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Community Means a Lot in Burlington
Written by Benjamin Hill,   
Tuesday, 12 October 2010 17:08

Editor's Note:  The following article was recently published by

Community means a lot in Burlington

Iowa town, population 26,000, owns Midwest League franchise

09/05/2010 2:31 AM ET

Community Field is largely unchanged from the day it opened in 1947.

Community Field is largely unchanged from the day it opened in 1947.

Community Field, the longtime home of the Burlington Bees, just may be the most aptly named stadium in all of Minor League Baseball.

The "Community" in question isn't a local bank or insurance company that sprang for the naming rights, but the tight-knit community of Burlington, Iowa, (population 26,000, one of the smallest markets in the Minor Leagues. The team is truly a community asset, as it's operated by the Burlington Baseball Association.

"We have a board of directors that oversees day-to-day operations, but there's no individual ownership, no one person who has any money in it," explained general manager Chuck Brockett, who heads a staff of four full-time employees. "It's the board of directors that has the player development contract [with the Kansas City Royals], but if we ever lost [the affiliation], our money would go into a fund and be used to support sports in the community. "Over the past five years, I really think the fans have begun to understand what a unique situation we have here. They'll hear about $30 million and $50 million stadiums being built in other market and think, 'Wait a minute.' Hopefully, attendance will increase along with that realization, but we're able to turn over our population several times a season, and most teams don't do that."

Community Field, and the Burlington baseball experience in general, certainly could be described as "no frills." Save for four rows of seats located behind home plate, the 3,200-seat stadium is comprised almost entirely of general admission bleacher seating. There is no videoboard, no vendors roaming the aisles, and racing anthropomorphic food products and similar Minor League mainstays are entirely missing from the scene.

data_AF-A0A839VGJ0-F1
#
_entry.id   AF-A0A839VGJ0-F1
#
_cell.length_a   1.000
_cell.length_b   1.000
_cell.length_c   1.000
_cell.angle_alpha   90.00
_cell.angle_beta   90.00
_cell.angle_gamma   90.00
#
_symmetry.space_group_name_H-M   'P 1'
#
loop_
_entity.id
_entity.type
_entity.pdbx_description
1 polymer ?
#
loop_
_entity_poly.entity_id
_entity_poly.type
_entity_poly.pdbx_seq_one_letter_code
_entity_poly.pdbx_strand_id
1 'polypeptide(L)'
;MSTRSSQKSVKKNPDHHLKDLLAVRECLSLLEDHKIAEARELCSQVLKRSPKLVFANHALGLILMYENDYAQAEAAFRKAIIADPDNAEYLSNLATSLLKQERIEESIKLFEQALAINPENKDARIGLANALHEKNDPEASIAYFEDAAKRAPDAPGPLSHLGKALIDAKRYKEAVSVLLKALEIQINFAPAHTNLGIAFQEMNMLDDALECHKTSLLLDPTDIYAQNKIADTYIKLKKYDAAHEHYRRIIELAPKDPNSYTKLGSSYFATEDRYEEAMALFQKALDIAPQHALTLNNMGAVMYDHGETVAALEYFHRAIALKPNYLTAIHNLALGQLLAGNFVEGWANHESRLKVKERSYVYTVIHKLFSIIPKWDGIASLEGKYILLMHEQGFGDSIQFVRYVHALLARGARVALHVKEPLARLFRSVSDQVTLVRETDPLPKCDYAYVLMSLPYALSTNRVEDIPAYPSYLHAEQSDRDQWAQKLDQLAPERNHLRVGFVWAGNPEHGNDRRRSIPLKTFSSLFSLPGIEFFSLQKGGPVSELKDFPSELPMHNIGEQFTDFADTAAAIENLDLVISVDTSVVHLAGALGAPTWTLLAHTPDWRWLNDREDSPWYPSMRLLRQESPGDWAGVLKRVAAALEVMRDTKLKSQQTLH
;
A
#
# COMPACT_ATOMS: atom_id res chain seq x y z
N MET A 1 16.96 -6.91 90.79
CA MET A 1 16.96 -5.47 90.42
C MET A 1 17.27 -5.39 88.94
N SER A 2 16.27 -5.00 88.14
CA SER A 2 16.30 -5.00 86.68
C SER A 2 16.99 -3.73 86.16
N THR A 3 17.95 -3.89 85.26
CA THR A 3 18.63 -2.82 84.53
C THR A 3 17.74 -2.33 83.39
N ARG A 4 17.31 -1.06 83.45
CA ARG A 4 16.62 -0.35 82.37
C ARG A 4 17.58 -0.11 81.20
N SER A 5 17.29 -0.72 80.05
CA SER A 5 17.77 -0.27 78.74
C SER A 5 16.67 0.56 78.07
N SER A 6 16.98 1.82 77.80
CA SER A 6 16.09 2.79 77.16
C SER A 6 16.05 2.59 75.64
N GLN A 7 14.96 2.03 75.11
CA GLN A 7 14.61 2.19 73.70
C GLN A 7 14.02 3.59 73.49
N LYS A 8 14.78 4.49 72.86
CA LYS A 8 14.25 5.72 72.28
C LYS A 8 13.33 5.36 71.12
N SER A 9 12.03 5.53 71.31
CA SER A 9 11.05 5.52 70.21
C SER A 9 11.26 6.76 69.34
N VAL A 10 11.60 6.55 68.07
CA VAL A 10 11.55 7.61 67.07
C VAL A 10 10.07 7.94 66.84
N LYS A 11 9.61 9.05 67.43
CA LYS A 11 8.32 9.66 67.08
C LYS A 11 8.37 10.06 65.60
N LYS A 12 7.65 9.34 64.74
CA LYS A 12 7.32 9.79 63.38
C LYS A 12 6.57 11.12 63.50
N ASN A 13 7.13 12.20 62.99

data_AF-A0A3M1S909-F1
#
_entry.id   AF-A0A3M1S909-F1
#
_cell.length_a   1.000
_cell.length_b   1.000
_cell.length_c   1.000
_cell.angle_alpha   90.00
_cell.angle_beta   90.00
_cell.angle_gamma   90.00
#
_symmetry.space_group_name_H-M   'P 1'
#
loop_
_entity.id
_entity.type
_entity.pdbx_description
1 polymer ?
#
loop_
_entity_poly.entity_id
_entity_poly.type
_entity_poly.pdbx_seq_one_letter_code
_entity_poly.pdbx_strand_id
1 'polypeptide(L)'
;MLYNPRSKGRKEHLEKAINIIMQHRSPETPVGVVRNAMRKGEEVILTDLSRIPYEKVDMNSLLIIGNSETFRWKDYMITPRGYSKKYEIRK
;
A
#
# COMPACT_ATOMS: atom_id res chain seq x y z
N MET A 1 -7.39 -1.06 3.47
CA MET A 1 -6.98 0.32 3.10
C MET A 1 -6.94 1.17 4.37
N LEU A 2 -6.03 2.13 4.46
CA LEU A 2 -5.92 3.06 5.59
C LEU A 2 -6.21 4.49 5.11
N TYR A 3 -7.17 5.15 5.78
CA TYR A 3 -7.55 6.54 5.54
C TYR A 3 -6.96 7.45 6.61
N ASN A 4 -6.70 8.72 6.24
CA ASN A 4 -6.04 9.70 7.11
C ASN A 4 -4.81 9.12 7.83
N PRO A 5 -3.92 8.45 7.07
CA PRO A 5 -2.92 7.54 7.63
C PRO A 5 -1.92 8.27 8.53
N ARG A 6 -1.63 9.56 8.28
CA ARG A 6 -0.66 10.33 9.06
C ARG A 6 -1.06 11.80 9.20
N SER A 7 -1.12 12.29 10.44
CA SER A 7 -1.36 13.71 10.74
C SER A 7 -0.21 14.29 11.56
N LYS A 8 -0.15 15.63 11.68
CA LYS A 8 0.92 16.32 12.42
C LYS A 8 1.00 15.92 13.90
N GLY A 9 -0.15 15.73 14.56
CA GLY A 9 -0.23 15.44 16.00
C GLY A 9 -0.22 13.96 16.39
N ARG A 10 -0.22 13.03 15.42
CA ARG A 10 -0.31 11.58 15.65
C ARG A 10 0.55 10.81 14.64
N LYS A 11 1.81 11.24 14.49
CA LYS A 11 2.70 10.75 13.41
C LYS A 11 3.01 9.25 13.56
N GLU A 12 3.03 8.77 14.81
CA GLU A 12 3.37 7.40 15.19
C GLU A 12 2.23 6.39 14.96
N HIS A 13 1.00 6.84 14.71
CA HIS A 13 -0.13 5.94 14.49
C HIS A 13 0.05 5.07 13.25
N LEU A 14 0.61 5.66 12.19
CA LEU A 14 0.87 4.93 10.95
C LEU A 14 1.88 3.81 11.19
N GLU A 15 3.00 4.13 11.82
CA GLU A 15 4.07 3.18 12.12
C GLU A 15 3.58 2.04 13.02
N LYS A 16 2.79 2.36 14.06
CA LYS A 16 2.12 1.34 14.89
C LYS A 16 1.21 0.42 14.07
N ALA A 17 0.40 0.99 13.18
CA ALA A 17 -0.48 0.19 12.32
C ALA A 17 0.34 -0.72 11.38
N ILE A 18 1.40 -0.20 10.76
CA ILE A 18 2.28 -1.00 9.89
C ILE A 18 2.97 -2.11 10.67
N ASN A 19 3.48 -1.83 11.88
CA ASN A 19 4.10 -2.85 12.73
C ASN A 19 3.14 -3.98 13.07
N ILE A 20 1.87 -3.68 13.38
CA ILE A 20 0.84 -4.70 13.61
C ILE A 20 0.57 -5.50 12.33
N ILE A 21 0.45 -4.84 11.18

In larger markets, where the overall entertainment experience often trumps the action on the field, such omissions would be tantamount to financial suicide. But it works just fine for Burlington, where the focus always has been and always will be baseball itself.

"We have a lot of loyal fans who come out to the stadium every night, who are very knowledgeable about the game," said Brockett, a Burlington native in his 11th season as GM. "At some of the bigger [Minor League] ballparks, you get a lot of people who don't know the score or even who won. They're there for the social event. But we really try not to take away from what's on the field. We want fans to know the player's name and try to keep things a lot closer knit as far as that goes."

In that regard, Community Field remains largely unchanged from when it first opened in 1947. The facility has actually undergone some major renovations, most notably when the original grandstand burned to the ground in June 1971. An all-volunteer crew rebuilt the stadium, which reopened in time for Opening Day 1973 (the team played at the site throughout, as the field and lights were undamaged).

More recent renovations, which the team dubbed "Extreme Makeover," came in 2004 and included a new press box, concessions building and restrooms as well as expanded clubhouses and a marquee outside the stadium.

As usual, a cliché says it best: The more things change, the more they stay the same.

The Bees hosted the Clinton LumberKings on Saturday, and from first pitch to last a timeless atmosphere prevailed. Down the third-base line, a coterie of longtime season-ticket holder leaned against a railing bearing personalized nameplates. Behind them, an old boom box perched on the counter of a concession stand was tuned to the play-by-play. Announcer Nick Devlin's voice mingled with the noise of children playing in the grassy area behind the bleachers, their games of tag interrupted by frantic foul ball pursuits.

Other youngsters chose to stand beside the entrance to the home dugout, slapping baseball gloves with Bees players as they returned from the field following the third out.

After the game -- a 6-1 Bees' victory -- members of the home team and their host families gathered on the concourse for an end-of-the-year steak dinner prepared and paid for by clubhouse manager "Ray-Ray" Romine.

The visiting LumberKings, meanwhile, simply strolled across the street to the conveniently located (and hilariously named) Pzazz! Hotel. The hotel is operated by Dave Walker, president of the Burlington Baseball Association Board of Directors.

"We're proud of what we have here in Burlington, running a grassroots organization," said Walker, who was named "King of Baseball" at the 2007 Baseball Winter Meetings in recognition of his work on behalf of the Bees. "We are what baseball used to be."

Last Updated on Monday, 27 June 2011 14:25

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